Brendan Rodgers has joined Pep Guardiola and Jurgen Klopp in warning of the dangers of over-burdening players during England’s hectic festive period.
Leicester City manager Rodgers saw his players lose on penalties to Liverpool in the EFL Cup quarter-finals on Wednesday, and he will take them to Manchester City on Sunday before tackling Liverpool again in the Premier League on Tuesday.
Three games in seven days would be a strain in normal times, but with COVID-19 spreading rapidly and injuries beginning to bite for many teams, clubs are having it tougher than usual just now.
A third game was pulled from England’s Boxing Day programme on Friday when Everton’s trip to Burnley was called off.
Leicester’s visit to the Etihad Stadium remained on though, and although the Foxes have fond memories of their 5-2 win at Eastlands last season, Rodgers was only confident enough to say his team would be “as competitive as we can”.
Klopp has been firm in his objection to there being so many games in such a short time span, saying his Reds team, hit by injuries and illness, faced an “impossible” task prior to their assignment against Leeds United on Sunday being called off.
City boss Guardiola floated the idea of a strike by players and managers when he spoke on Thursday, as he addressed the issue of player welfare and burden. Guardiola said he doubted that was a realistic option, but merely raising the suggestion was an extraordinary step.
Rodgers agrees too much is being asked of players.
“To be playing Manchester City on Sunday, and then to be playing Liverpool again on Tuesday, it’s not good for the players,” said the Leicester boss. “Certainly for the health and welfare of them it’s not ideal, but obviously it has been said that we have to play on for another two weeks, and then we take it from there.
“So if that’s the case we’ll just look to be as competitive as we can. We were competitive [against Liverpool]. That’s how we’ll always try to approach it going forward.”
Guardiola’s City have won eight games in a row to sweep to the top of the Premier League and open a three-point lead over second-placed Liverpool, while Leicester sit ninth after an unsteady start to their campaign.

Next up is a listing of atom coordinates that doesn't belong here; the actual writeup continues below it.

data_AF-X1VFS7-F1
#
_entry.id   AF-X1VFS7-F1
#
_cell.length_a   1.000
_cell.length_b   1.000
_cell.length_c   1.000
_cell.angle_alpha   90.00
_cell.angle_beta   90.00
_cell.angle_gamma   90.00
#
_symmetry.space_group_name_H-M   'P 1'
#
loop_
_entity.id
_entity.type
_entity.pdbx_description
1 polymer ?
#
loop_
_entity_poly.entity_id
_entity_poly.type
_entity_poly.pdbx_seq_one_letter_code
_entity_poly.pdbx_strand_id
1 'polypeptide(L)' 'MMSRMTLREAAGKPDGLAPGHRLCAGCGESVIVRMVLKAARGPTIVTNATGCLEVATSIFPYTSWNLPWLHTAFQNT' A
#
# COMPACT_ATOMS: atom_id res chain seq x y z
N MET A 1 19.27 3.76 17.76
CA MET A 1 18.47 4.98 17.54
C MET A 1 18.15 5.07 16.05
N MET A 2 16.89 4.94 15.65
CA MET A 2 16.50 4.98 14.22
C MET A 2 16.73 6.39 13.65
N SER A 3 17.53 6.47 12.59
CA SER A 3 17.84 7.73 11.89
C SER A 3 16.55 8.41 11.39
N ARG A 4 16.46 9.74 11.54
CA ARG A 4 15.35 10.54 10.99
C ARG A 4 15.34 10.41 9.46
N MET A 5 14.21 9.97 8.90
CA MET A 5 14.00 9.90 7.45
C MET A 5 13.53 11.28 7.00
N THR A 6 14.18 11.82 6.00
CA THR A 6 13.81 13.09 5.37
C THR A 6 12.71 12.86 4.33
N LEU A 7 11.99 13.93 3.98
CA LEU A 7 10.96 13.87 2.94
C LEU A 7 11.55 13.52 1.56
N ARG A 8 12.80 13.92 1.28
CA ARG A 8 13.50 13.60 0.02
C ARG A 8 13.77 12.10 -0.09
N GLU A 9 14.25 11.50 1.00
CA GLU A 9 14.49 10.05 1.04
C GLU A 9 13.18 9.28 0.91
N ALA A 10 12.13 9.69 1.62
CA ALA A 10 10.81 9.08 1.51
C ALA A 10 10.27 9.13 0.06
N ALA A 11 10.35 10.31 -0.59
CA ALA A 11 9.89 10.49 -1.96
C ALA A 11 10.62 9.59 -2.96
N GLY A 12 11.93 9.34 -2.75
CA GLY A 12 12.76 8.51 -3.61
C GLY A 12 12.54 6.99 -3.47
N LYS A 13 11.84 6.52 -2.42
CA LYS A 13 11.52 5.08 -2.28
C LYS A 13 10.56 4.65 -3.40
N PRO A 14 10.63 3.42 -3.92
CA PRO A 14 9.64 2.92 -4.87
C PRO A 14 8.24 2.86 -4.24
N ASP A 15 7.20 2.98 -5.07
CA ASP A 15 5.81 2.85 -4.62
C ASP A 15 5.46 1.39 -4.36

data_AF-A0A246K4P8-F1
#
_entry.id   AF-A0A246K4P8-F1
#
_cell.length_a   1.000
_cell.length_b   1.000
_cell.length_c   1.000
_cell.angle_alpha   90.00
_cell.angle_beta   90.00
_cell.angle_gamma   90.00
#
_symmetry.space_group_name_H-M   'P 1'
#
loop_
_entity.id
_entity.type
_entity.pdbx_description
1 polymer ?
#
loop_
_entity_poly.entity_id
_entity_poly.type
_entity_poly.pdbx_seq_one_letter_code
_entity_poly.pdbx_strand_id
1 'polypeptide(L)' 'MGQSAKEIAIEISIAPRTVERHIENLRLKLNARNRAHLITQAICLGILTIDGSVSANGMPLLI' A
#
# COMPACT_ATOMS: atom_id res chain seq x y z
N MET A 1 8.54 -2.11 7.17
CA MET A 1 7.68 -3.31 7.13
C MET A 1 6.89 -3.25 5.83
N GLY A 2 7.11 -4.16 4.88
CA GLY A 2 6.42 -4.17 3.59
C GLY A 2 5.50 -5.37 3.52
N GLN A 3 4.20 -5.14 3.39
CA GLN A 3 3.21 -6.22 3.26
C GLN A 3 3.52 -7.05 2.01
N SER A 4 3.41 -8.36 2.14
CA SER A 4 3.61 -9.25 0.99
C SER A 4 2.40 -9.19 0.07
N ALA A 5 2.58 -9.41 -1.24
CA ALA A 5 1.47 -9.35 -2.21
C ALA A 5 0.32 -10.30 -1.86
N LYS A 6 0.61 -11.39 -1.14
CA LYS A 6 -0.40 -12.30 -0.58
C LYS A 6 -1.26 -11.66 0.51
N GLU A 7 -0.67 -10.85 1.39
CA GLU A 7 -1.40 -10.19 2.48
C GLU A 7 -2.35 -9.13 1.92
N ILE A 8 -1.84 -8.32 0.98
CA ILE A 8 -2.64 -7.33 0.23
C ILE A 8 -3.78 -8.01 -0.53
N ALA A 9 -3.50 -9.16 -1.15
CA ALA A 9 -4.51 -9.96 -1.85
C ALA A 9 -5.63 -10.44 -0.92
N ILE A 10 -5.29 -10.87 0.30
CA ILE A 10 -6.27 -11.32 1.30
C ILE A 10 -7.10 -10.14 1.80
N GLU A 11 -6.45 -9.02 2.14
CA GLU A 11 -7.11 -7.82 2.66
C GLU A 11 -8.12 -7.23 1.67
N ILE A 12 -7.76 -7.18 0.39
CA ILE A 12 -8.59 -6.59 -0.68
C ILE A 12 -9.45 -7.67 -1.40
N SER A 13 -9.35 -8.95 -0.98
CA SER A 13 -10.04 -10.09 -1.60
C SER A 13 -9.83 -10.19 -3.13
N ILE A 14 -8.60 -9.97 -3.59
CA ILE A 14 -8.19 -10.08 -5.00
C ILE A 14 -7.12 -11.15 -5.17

There was a hint of envy about Rodgers as he pointed out the Manchester giants had a free midweek, having already been knocked out of the EFL Cup, with the intimation that gave their already formidable team an extra advantage over Leicester.
“They’re a brilliant side,” Rodgers added. “They’ve got technical players, world-class players and, and they’re used to winning. But we’ve done OK against them. So it’s going to be a big challenge for us.
“We went there last season and got a fantastic win. You know the challenge that you’re playing against: they dominate the ball, you’ve got to be good in transition, and you’ve got to obviously have the confidence to play so that’ll be a challenge for the weekend.”
— Leicester City (@LCFC) December 24, 2021
The fixture is an intriguing one, despite Manchester City having won eight of their last 10 Premier League games against Leicester (L2), including a 1-0 victory in the reverse fixture earlier this season.
Leicester’s win in Manchester was spectacular last season and featured a Jamie Vardy hat-trick, his second treble against City in the Premier League. Vardy has eight Premier League goals against the Light Blues, with only Alan Shearer (11) and Wayne Rooney (nine) having ever netted more Premier League goals against City than Vardy.
Yet Vardy, who scored twice in the 3-3 thriller against Liverpool on Wednesday before the Reds beat Leicester in a penalty shoot-out, has never scored in six Premier League appearances on Boxing Day. That makes him one of just three players to score over 100 goals in the competition but fail to find the net on Boxing Day, along with Sergio Aguero and Les Ferdinand.
Leicester won three league games in a row away against City between 1995 and 2003, but they have not won back-to-back league wins at City’s home since that streak.
The signs point to a likely victory for Guardiola’s men, given they are unbeaten in eight home league games on Boxing Day (W6 D2), winning each of the last six in a row. Their last such defeat came in 1996-97 against Port Vale in the second tier (1-0).
Leicester have a rotten recent record, winning just one of their last 11 Premier League games on Boxing Day (D2 L8), though the exception in that run was a 2-1 victory over City on December 26 three years ago.
Rodgers will hope James Maddison can sparkle, with the playmaker having scored in five of his last seven games after a dip in output. In the Premier League alone, Maddison has had six goal involvements (three goals, three assists) in his last four games – as many as in his previous 26 appearances.
“I think he sees that he’s a real threat,” said Rodgers. “He’s starting to get back to the levels and producing, which is what he has to do: create goals, score goals, work hard. And he’s doing all of that.”
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